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  • John T. Polk II 10:27 am on 2017-03-10 Permalink | Reply
    Tags: , circumcision,   

    3-10-2017 The Cross Of Christ, Not Circumcision 

    “As many as desire to make a good showing in the flesh, these would compel you to be circumcised, only that they may not suffer persecution for the cross of Christ” (Galatians 6:12 NKJV).  There are people who preach religious practices from Moses just to avoid being persecuted for following Christ. God required fleshly circumcision from Abraham through Moses, but now has changed to a new covenant. “Indeed I, Paul, say to you that if you become circumcised, Christ will profit you nothing. And I testify again to every man who becomes circumcised that he is a debtor to keep the whole law” (Galatians 5:2-3 NKJV). Keeping Moses Law, whether 10 Commandments or circumcision, makes Jews, not Christians! “For in Christ Jesus neither circumcision nor uncircumcision avails anytshing, but a new creation” (Galatians 6:15 NKJV).  “If righteousness comes through the law, then Christ died in vain” (Galatians 2:21 NKJV).

    This is Johnny Polk, with “Words of Wisdom” brought to you by the Oneida church of Christ.

     
  • Richard Mansel 10:18 pm on 2013-05-08 Permalink | Reply
    Tags: circumcision, , ,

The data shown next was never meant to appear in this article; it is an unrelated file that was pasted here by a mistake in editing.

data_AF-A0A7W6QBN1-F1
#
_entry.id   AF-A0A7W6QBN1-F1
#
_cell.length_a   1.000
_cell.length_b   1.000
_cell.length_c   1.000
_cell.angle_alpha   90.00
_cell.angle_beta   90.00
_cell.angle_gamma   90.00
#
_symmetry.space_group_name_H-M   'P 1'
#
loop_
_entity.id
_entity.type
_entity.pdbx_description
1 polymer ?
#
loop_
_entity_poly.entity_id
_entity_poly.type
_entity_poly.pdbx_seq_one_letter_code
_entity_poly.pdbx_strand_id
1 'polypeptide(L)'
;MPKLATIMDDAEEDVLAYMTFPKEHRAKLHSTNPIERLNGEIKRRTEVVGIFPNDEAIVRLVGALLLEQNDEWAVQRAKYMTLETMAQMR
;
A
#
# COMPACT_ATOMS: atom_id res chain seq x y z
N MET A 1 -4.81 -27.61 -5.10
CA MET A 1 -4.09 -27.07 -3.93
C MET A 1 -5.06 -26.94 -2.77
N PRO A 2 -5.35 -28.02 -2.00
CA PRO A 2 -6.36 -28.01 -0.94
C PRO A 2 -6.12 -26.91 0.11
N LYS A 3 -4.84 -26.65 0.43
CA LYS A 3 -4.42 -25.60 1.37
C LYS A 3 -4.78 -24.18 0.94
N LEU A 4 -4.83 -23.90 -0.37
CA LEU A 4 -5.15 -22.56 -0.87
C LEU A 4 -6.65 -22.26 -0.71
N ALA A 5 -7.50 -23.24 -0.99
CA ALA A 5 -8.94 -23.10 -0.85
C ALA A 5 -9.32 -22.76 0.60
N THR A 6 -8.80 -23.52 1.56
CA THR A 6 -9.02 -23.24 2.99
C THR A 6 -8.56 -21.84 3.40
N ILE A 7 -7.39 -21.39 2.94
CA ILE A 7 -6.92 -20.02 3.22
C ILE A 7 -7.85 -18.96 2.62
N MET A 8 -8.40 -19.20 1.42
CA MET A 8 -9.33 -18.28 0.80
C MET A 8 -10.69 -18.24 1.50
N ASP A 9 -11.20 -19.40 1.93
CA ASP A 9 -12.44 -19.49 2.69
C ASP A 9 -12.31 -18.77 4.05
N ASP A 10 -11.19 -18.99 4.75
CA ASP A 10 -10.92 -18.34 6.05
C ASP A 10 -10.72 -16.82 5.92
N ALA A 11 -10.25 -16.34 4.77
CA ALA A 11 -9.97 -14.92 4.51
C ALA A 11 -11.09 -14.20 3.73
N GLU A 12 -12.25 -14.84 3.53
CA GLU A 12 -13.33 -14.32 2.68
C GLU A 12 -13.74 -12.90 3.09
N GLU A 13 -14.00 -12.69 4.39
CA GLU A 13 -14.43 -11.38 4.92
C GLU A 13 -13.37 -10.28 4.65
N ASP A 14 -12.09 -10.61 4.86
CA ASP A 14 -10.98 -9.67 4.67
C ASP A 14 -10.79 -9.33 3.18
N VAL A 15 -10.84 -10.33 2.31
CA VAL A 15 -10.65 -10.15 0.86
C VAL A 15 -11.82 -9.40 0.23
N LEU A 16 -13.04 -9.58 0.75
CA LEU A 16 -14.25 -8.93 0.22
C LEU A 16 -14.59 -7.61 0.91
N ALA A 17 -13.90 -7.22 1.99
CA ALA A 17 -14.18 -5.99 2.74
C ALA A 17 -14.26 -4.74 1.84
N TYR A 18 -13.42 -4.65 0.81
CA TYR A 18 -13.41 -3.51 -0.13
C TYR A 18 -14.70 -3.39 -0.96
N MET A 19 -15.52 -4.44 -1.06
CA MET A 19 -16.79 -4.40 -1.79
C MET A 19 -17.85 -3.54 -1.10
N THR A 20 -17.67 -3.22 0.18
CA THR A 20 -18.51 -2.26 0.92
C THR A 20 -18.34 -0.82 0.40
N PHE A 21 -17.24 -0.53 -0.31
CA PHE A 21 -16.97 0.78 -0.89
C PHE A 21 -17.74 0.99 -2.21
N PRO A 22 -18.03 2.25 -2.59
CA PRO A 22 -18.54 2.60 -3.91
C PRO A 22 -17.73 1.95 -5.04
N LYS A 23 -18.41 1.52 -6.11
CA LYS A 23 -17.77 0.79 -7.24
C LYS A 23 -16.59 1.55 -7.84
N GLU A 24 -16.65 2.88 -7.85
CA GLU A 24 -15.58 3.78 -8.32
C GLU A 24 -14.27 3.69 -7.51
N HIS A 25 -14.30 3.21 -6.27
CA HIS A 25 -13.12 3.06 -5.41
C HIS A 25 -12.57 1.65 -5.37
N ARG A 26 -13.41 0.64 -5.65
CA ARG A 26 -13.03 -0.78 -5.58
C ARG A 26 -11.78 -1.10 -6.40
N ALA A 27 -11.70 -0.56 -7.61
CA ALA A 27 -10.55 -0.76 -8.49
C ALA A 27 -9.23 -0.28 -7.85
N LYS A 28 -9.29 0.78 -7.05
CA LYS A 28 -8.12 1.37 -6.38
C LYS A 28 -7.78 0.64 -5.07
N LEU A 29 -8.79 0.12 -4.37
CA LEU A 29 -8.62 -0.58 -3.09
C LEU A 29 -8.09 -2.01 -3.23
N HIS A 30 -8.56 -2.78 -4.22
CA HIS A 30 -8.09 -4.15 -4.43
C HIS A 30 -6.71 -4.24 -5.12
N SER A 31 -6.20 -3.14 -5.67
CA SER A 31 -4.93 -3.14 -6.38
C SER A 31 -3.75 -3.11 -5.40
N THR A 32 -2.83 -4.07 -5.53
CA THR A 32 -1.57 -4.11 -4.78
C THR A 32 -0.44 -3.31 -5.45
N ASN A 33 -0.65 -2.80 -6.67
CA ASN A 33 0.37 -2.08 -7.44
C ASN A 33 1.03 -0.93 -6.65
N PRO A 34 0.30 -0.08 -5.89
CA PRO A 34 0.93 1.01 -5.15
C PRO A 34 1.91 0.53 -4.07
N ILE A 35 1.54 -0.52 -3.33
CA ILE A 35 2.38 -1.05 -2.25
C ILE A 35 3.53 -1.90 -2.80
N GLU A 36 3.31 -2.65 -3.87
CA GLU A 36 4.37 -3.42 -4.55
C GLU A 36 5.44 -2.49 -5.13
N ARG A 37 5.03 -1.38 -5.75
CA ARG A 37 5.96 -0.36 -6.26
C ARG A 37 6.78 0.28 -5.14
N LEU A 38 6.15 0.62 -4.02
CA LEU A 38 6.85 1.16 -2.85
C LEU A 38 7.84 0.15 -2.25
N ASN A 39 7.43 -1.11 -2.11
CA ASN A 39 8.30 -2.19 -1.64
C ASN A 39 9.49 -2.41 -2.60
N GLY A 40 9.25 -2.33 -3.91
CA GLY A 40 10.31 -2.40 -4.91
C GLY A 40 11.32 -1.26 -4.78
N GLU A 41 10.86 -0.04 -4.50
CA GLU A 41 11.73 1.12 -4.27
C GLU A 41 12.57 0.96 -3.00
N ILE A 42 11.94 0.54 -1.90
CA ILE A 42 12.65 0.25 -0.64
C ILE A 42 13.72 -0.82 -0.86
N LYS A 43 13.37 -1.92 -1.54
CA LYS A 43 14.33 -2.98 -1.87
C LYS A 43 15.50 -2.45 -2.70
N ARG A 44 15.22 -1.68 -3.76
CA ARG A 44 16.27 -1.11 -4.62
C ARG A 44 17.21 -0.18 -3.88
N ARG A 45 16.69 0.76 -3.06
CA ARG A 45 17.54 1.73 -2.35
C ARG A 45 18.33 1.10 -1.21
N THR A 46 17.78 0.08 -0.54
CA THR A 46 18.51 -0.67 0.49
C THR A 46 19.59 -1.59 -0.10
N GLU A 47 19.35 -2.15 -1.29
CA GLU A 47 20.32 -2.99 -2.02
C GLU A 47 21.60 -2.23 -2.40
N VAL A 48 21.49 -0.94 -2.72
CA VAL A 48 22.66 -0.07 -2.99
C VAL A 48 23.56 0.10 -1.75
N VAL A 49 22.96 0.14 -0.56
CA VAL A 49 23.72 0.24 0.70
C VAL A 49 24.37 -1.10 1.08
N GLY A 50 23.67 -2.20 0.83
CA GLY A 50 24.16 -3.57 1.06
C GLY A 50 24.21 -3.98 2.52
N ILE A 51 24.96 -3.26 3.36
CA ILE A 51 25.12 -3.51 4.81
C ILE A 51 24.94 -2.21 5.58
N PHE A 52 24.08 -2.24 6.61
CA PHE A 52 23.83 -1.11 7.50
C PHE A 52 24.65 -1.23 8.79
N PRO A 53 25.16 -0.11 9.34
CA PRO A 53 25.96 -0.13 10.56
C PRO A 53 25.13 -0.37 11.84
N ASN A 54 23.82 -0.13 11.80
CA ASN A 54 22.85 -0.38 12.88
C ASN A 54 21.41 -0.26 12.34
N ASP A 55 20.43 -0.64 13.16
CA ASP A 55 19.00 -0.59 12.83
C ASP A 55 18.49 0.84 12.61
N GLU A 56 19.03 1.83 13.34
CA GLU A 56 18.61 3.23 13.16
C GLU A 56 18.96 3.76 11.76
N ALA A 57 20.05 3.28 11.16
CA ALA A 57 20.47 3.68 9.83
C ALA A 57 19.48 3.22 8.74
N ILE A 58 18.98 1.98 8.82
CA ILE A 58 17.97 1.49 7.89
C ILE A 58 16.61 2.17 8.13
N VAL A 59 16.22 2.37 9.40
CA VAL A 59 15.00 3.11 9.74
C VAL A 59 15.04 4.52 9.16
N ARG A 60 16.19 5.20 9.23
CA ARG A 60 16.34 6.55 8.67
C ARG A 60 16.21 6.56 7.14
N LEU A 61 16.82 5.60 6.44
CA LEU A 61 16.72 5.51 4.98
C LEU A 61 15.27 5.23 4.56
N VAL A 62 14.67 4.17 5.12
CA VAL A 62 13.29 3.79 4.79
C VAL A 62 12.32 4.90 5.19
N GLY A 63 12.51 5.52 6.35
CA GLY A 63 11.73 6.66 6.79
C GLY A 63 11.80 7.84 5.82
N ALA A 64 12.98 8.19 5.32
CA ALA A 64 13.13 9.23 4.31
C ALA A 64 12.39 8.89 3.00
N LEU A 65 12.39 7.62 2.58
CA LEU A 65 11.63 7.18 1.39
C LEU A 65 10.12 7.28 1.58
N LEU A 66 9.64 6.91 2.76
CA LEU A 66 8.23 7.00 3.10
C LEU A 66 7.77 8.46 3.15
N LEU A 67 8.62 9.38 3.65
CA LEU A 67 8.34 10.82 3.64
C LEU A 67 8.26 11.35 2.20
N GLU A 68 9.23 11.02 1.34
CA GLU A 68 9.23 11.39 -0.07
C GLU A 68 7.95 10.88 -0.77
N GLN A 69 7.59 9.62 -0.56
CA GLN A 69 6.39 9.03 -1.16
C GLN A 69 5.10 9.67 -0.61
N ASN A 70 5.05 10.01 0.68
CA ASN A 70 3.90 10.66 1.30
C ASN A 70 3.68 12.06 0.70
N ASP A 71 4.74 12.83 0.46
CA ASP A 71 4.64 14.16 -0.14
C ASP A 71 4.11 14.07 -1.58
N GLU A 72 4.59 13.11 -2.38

Custom or Law? 

    bible4676

    One of our men was teaching Acts 15 on Wednesday night. I noticed something that I wanted to share with you, to get your feedback.

    “And certain men came down from Judea and taught the brethren, “Unless you are circumcised according to the custom of Moses, you cannot be saved” (Acts 15:1, NKJV).

    “But some men came down from Judea and were teaching the brothers, “Unless you are circumcised according to the custom of Moses, you cannot be saved” (Acts 15:1, ESV).

    “And certain men which came down from Judaea taught the brethren, and said, Except ye be circumcised after the manner of Moses, ye cannot be saved” (Acts 15:1, KJV).

    “And certain men came down from Judaea and taught the brethren, saying, Except ye be circumcised after the custom of Moses, ye cannot be saved” (Acts 15:1, ASV).

    “While Paul and Barnabas were at Antioch of Syria, some men from Judea arrived and began to teach the believers[a]: “Unless you are circumcised as required by the law of Moses, you cannot be saved” (Acts 15:1, NLT).

    The word for “custom” in Acts 15:1 means “habit or law.”  

    Circumcision was more than custom under the Old Covenant (Genesis 17:7-14; Leviticus 12:3; Joshua 5:2-8; Romans 4:11). And we know that law is much stronger than custom.

    To us, custom means something that became common over time like Sunday night worship or a family having pizza on Friday night. Law, however, is something commanded by God. In Acts 15:1, the Judaizing teachers were false teachers but they believed that circumcision was still law.